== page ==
After the success of Apple’s iPad, many people rumored that computer manufacture Acer was working on developing and marketing a tablet PC of their own. While this has only been a rumor for quite some time now, Acer today announced that they are indeed working on tablet PCs and that they plan to have three models on the market by April as next year, with possible release dates being as early as February for select products.
The three models are as shown:
- 7″ compact design; Android OS, 1280 x 800 resolution, 1.2 GHz Qualcomm processor (dual core), HDMI output, 5 megapixel camera, WiFi and 3G connectivity
- 10.1″ design; Android OS, 1.2 GHz Qualcomm processor (dual core), HDMI output, 5 megapixel camera, WiFi and 3G connectivity, Aluminum (iPad-like) case
- 10.1″ Windows 7 version; Windows 7 OS, AMD processor, 2x 1.3 megapixel cameras (one on either side), WiFi and 3G connectivity – possibly available as soon as February
Acer has always been a well-known computer manufacturer, and was able to make quite a name for themselves during the explosion of the netbook market. However, as Jeff pointed out in a recent post regarding why netbooks sporting Chrome OS are doomed for failure, the netbook industry is simply on its last leg. For this reason, it makes sense that Acer would be looking to enter a new venture, as it will be a challenge for the company to survive (much less expand) if they do not make innovations to their product line.
While Acer doesn’t necessarily have the best image in regards to quality computers, many people regard Acer’s monitors to be of superb quality. Fort this reason, Acer would be best off if they were to work on trumping the retina display seen in the iPad and focus on marketing their tablets as having superior video quality. Because of the number of people who praise the iPhone 4 for having the retina display, I firmly believe that Acer would be very successful if they were to make the video quality in their devices the main feature.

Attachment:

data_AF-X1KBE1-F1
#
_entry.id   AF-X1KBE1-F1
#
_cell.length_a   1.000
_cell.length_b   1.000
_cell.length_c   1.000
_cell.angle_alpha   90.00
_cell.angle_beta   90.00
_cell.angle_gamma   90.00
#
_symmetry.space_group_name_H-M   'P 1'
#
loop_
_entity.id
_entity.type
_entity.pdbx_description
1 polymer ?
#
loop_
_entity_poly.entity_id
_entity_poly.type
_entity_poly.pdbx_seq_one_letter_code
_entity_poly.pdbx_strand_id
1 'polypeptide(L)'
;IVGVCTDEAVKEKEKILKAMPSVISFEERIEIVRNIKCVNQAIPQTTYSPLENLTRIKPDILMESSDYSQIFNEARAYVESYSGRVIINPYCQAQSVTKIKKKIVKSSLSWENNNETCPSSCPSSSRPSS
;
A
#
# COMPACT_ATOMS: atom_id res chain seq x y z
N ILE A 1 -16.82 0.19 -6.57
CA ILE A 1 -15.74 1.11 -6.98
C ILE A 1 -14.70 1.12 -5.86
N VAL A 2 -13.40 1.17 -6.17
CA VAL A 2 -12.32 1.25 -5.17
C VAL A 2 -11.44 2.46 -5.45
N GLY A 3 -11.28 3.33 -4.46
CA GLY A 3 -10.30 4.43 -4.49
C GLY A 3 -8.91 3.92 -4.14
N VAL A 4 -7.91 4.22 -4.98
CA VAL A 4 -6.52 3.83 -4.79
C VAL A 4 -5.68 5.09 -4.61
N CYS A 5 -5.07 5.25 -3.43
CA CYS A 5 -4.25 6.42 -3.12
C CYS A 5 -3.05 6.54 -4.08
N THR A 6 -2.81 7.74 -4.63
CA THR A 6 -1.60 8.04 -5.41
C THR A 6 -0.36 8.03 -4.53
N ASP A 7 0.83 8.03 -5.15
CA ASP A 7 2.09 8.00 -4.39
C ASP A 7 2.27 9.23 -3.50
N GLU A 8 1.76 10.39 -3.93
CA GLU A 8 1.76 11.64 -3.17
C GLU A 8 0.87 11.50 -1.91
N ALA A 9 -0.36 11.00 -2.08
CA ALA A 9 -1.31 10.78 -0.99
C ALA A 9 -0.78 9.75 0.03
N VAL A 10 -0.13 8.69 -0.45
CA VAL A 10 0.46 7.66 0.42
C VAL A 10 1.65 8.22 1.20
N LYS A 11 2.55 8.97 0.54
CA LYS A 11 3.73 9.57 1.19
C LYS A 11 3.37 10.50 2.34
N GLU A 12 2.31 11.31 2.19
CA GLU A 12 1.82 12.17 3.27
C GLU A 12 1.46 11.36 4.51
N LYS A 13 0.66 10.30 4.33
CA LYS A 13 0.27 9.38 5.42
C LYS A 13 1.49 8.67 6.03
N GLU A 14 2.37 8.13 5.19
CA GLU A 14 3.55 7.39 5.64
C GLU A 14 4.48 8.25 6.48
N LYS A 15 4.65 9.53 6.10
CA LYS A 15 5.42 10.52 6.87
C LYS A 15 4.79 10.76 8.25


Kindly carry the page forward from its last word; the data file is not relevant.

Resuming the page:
Additionally, one of the reasons that Apple’s iPad is looked down upon is the fact that it does not run a full-on desktop operating system, but rather uses the iOS mobile operating system; the same one seen in the iPhone and iPod Touch. Because Acer’s tablets will be sold with the choice of Android OS or Windows 7, I believe that Acer could very well market their mobile devices towards “power users” who would likely take advantage of a full-on operating system.
Because a carrier has yet to be announced for the 3G connectivity, I think it might be a possibility that the device will be “unlocked” and usable on any network that chooses to support it. In theory, this could be a big selling-point as many users do not want to be locked into a particular carrier.
With the iPad having been released in April of this year, an April 2011 release date for the Acer tablets would be right around the first anniversary of the iPad. In that one year time-frame Acer would have been able to carefully analyze the success and feedback of the iPad; using Apple’s success to build their own. Because of this, it is extremely possible that Acer will indeed release a product that could viably compete with the iPad. I, for one, am extremely interested to see how Acer’s tablets are introduced, especially seeing as how the 2nd generation iPad (see Adam’s article about possible features) will likely be debuting at the same time.
What do you think about the Acer tablet? Will it compete with the iPad? Let us know in the comments!